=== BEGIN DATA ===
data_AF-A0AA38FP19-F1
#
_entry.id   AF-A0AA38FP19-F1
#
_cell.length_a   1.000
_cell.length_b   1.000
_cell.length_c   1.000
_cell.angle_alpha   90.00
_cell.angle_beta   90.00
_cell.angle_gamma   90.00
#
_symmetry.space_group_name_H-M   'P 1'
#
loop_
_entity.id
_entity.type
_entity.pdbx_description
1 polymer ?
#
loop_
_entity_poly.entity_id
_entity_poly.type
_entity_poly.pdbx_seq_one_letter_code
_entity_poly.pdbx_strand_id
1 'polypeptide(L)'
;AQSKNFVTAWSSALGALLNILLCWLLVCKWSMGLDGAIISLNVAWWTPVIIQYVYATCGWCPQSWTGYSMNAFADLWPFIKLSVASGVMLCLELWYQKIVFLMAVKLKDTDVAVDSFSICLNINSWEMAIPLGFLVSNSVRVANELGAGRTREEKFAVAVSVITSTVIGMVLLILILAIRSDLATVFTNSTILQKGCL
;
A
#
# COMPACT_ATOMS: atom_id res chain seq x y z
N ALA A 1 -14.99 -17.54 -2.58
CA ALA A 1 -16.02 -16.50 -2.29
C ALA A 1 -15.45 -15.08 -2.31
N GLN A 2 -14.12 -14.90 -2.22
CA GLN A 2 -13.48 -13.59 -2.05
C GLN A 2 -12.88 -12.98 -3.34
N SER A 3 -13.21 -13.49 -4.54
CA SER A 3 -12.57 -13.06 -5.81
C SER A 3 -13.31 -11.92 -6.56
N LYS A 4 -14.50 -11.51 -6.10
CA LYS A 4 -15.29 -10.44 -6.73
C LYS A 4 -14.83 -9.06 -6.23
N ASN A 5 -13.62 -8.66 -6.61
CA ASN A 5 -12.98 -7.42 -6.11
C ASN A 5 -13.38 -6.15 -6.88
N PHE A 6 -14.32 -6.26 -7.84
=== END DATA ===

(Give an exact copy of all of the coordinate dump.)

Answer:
data_AF-A0AA38FP19-F1
#
_entry.id   AF-A0AA38FP19-F1
#
_cell.length_a   1.000
_cell.length_b   1.000
_cell.length_c   1.000
_cell.angle_alpha   90.00
_cell.angle_beta   90.00
_cell.angle_gamma   90.00
#
_symmetry.space_group_name_H-M   'P 1'
#
loop_
_entity.id
_entity.type
_entity.pdbx_description
1 polymer ?
#
loop_
_entity_poly.entity_id
_entity_poly.type
_entity_poly.pdbx_seq_one_letter_code
_entity_poly.pdbx_strand_id
1 'polypeptide(L)'
;AQSKNFVTAWSSALGALLNILLCWLLVCKWSMGLDGAIISLNVAWWTPVIIQYVYATCGWCPQSWTGYSMNAFADLWPFIKLSVASGVMLCLELWYQKIVFLMAVKLKDTDVAVDSFSICLNINSWEMAIPLGFLVSNSVRVANELGAGRTREEKFAVAVSVITSTVIGMVLLILILAIRSDLATVFTNSTILQKGCL
;
A
#
# COMPACT_ATOMS: atom_id res chain seq x y z
N ALA A 1 -14.99 -17.54 -2.58
CA ALA A 1 -16.02 -16.50 -2.29
C ALA A 1 -15.45 -15.08 -2.31
N GLN A 2 -14.12 -14.90 -2.22
CA GLN A 2 -13.48 -13.59 -2.05
C GLN A 2 -12.88 -12.98 -3.34
N SER A 3 -13.21 -13.49 -4.54
CA SER A 3 -12.57 -13.06 -5.81
C SER A 3 -13.31 -11.92 -6.56
N LYS A 4 -14.50 -11.51 -6.10
CA LYS A 4 -15.29 -10.44 -6.73
C LYS A 4 -14.83 -9.06 -6.23
N ASN A 5 -13.62 -8.66 -6.61
CA ASN A 5 -12.98 -7.42 -6.11
C ASN A 5 -13.38 -6.15 -6.88
N PHE A 6 -14.32 -6.26 -7.84